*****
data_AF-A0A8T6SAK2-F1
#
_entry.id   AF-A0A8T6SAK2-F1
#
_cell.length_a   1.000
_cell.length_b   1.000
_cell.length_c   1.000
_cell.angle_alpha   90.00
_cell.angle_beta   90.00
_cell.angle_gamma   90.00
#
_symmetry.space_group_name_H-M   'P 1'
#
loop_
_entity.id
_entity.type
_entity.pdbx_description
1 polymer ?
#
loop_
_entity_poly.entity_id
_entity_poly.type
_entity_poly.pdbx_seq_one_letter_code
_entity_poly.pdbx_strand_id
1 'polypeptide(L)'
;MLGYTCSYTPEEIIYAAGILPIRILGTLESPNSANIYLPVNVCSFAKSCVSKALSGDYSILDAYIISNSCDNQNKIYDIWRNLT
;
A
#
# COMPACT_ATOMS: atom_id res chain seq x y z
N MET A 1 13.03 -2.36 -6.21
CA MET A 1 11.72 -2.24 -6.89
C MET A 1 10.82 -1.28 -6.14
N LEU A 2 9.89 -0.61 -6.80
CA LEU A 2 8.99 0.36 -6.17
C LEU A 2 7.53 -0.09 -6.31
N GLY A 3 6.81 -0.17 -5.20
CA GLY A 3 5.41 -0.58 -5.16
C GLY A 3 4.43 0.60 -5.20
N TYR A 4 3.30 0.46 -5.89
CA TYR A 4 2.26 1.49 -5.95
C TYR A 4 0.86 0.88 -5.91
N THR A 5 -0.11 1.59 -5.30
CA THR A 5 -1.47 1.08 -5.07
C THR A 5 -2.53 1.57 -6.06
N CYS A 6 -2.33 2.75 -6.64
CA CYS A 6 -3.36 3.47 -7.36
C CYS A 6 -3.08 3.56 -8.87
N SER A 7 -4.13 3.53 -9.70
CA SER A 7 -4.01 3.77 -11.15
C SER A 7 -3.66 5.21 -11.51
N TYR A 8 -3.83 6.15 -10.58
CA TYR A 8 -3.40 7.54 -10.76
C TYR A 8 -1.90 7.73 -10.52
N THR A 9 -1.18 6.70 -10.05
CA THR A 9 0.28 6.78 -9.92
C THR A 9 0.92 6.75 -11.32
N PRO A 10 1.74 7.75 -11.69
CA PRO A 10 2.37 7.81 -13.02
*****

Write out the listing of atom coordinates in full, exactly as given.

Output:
data_AF-A0A8T6SAK2-F1
#
_entry.id   AF-A0A8T6SAK2-F1
#
_cell.length_a   1.000
_cell.length_b   1.000
_cell.length_c   1.000
_cell.angle_alpha   90.00
_cell.angle_beta   90.00
_cell.angle_gamma   90.00
#
_symmetry.space_group_name_H-M   'P 1'
#
loop_
_entity.id
_entity.type
_entity.pdbx_description
1 polymer ?
#
loop_
_entity_poly.entity_id
_entity_poly.type
_entity_poly.pdbx_seq_one_letter_code
_entity_poly.pdbx_strand_id
1 'polypeptide(L)'
;MLGYTCSYTPEEIIYAAGILPIRILGTLESPNSANIYLPVNVCSFAKSCVSKALSGDYSILDAYIISNSCDNQNKIYDIWRNLT
;
A
#
# COMPACT_ATOMS: atom_id res chain seq x y z
N MET A 1 13.03 -2.36 -6.21
CA MET A 1 11.72 -2.24 -6.89
C MET A 1 10.82 -1.28 -6.14
N LEU A 2 9.89 -0.61 -6.80
CA LEU A 2 8.99 0.36 -6.17
C LEU A 2 7.53 -0.09 -6.31
N GLY A 3 6.81 -0.17 -5.20
CA GLY A 3 5.41 -0.58 -5.16
C GLY A 3 4.43 0.60 -5.20
N TYR A 4 3.30 0.46 -5.89
CA TYR A 4 2.26 1.49 -5.95
C TYR A 4 0.86 0.88 -5.91
N THR A 5 -0.11 1.59 -5.30
CA THR A 5 -1.47 1.08 -5.07
C THR A 5 -2.53 1.57 -6.06
N CYS A 6 -2.33 2.75 -6.64
CA CYS A 6 -3.36 3.47 -7.36
C CYS A 6 -3.08 3.56 -8.87
N SER A 7 -4.13 3.53 -9.70
CA SER A 7 -4.01 3.77 -11.15
C SER A 7 -3.66 5.21 -11.51
N TYR A 8 -3.83 6.15 -10.58
CA TYR A 8 -3.40 7.54 -10.76
C TYR A 8 -1.90 7.73 -10.52
N THR A 9 -1.18 6.70 -10.05
CA THR A 9 0.28 6.78 -9.92
C THR A 9 0.92 6.75 -11.32
N PRO A 10 1.74 7.75 -11.69
CA PRO A 10 2.37 7.81 -13.02